“The main sources in the scene are the fireplace, which gives a flickering uplight, and a few candles. The fireplace was open-sided and lit by a 50-watt Micro Ellipse aimed through a gobo on a stepper-motor-controlled track. The gobo extended outside the set, enabling another [50-watt] Micro Ellipse to illuminate the characters with the same flickering effect; one of the Micro Ellipses was gelled Bastard Amber, the other red. Candlelight was partly achieved with a specially built fiber-optic device [illustrated on page 39] that enabled fiber-optic tubes to be positioned just out of frame while remaining rigid and in no danger of burning the animator’s wrists. The flicker was controlled by a transparent disc on a stepper motor that rotated between the off-set light supply and the fiber-optic feed; a wiggly line drawn on the rotating disc broke up the light, creating a controllable and repeatable flicker. The candles in frame were 12-volt Mini PCB bulbs fed from individual transformers and controlled by the animator, who varied them between 10 and 11 volts; in post, these were replaced with real flames.
“A scaffold over the set carried several 50-watt Micro Ellipses that mainly backlit the characters and gave the ‘voodoo cupboard’ some colored effects these were brought up on a dimmer as the cupboard doors opened. We also fed fiber-optic tubes into the back of the cupboard and filtered them through various gels to give the cupboard a sinister light from within.”
To facilitate the motion-control move that brings the scene to a dramatic end, Lewis designed the 5'-long set with detachable walls and doorways. “The doorways were only about 4 inches wide,” says Riddett. “As the camera tracked back, the doorways could be removed and then slotted back into position and the front door animated shut as the camera appeared to exit the building.”
Several Right Ways
A significant challenge on Were-Rabbit was what one might expect on a 21-month shoot involving two directors, seven cinematographers, 35 units, and a shape-shifting creature: maintaining visual continuity. This is especially critical in stop-motion animation given the time and expense involved in the process. “Everything has to be run very tightly around what’s determined by the editorial department,” says Barnes, whose responsibilities include maintaining Aardman’s in-house post workflow.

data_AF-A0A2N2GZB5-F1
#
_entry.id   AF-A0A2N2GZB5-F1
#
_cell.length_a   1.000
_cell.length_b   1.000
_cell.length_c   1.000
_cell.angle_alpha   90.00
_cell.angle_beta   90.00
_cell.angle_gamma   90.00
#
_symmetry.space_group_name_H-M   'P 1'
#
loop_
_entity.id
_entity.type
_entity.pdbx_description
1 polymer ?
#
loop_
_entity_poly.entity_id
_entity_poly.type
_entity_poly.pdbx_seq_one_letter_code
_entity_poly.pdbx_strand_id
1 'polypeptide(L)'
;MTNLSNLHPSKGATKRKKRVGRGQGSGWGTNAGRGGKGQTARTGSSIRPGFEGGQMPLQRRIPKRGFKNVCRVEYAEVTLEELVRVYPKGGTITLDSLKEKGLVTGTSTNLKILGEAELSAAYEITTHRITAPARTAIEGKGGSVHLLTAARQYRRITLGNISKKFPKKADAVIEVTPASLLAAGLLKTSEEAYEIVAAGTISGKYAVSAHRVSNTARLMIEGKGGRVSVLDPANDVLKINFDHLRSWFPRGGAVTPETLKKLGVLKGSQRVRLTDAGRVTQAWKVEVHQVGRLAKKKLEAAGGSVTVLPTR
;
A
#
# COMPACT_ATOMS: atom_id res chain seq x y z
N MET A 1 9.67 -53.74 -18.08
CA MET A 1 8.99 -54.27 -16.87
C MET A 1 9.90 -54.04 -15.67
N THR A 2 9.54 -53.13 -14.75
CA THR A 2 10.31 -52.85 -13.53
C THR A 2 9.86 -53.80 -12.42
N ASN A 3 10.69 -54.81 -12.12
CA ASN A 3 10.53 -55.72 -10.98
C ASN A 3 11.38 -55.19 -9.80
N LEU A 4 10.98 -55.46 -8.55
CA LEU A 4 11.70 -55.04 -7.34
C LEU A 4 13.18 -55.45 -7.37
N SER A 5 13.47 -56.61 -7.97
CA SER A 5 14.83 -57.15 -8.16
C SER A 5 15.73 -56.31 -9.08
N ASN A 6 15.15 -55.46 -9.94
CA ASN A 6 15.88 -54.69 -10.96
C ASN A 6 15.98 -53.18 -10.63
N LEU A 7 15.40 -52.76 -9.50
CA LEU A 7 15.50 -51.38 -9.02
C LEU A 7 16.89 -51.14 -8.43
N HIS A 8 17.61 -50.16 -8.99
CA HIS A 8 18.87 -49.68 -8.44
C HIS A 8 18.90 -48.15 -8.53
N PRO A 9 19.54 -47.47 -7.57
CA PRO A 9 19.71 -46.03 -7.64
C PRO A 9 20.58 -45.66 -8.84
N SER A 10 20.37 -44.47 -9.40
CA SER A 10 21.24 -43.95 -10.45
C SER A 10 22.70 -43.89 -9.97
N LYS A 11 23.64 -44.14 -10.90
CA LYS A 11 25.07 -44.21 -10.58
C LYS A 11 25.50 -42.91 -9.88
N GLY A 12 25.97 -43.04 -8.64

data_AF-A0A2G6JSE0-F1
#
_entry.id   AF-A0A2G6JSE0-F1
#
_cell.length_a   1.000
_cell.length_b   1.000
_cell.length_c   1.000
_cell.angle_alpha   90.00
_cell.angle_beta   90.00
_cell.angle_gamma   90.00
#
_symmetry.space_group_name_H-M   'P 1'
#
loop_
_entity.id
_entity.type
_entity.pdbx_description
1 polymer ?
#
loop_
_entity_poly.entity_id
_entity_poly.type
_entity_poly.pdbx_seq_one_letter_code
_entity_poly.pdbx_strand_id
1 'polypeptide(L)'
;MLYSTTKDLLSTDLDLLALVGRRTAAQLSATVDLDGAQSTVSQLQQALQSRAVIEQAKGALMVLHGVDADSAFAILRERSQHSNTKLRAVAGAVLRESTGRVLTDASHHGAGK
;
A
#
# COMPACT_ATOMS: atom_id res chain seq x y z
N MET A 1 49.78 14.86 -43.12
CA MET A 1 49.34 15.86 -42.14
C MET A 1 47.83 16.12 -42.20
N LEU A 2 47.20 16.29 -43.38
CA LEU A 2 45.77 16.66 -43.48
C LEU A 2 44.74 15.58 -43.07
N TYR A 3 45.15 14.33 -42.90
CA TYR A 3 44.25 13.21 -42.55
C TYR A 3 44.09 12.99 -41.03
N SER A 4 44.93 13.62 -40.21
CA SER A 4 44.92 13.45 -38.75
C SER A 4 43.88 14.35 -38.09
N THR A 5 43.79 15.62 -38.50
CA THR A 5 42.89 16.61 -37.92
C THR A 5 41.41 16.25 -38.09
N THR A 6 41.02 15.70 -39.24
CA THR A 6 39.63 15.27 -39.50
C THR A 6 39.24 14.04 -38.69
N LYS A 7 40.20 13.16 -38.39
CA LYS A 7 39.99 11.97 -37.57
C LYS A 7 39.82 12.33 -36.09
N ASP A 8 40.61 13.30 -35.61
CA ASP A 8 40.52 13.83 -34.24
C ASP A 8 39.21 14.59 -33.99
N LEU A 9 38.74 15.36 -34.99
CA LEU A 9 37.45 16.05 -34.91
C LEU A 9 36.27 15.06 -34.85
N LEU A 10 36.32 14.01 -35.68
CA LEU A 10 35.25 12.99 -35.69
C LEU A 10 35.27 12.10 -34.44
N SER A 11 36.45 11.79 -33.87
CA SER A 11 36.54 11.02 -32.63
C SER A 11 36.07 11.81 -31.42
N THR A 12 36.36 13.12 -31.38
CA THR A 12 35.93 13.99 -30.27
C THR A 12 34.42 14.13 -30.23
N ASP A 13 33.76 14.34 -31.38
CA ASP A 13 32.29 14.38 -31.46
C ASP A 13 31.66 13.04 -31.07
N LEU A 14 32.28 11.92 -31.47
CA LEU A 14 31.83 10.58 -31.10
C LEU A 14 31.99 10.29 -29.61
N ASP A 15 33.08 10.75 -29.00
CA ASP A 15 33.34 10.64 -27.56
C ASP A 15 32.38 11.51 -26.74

The studio’s feature facility puts the editorial, camera, art and model-making departments under one roof, and throughout Were-Rabbit’s shoot, the entire crew of 200, which included 30 animators, screened 35mm dailies in shifts in the small on-site screening room. “We’ve been incredibly lucky to have rushes for the whole shoot,” says Barnes. “It’s great for the cinematographers, and also for the camera assistants and all the other people who are trying to progress in their work. They don’t have to do the job and then wait a year or two to see what the results look like onscreen.” Technicolor in London actually generated two sets of dailies each day. “We maintained one cut-in copy of the entire film for editorial reference, so that all of the given shots could be seen in context on the Steenbeck, and we used the other print for projection,” explains Barnes. “[The latter] was kept as clean as possible and used as the ultimate reference, and we also telecined it to the Avid.” Oliver recalls, “During the course of a morning, Dave and I were typically shuttling between the Avid and the Steenbeck, because if the film hadn’t come back yet we could cut the file from the PVR [Perception Video Recorder, Aardman’s video-assist system] into the Avid to see where we were.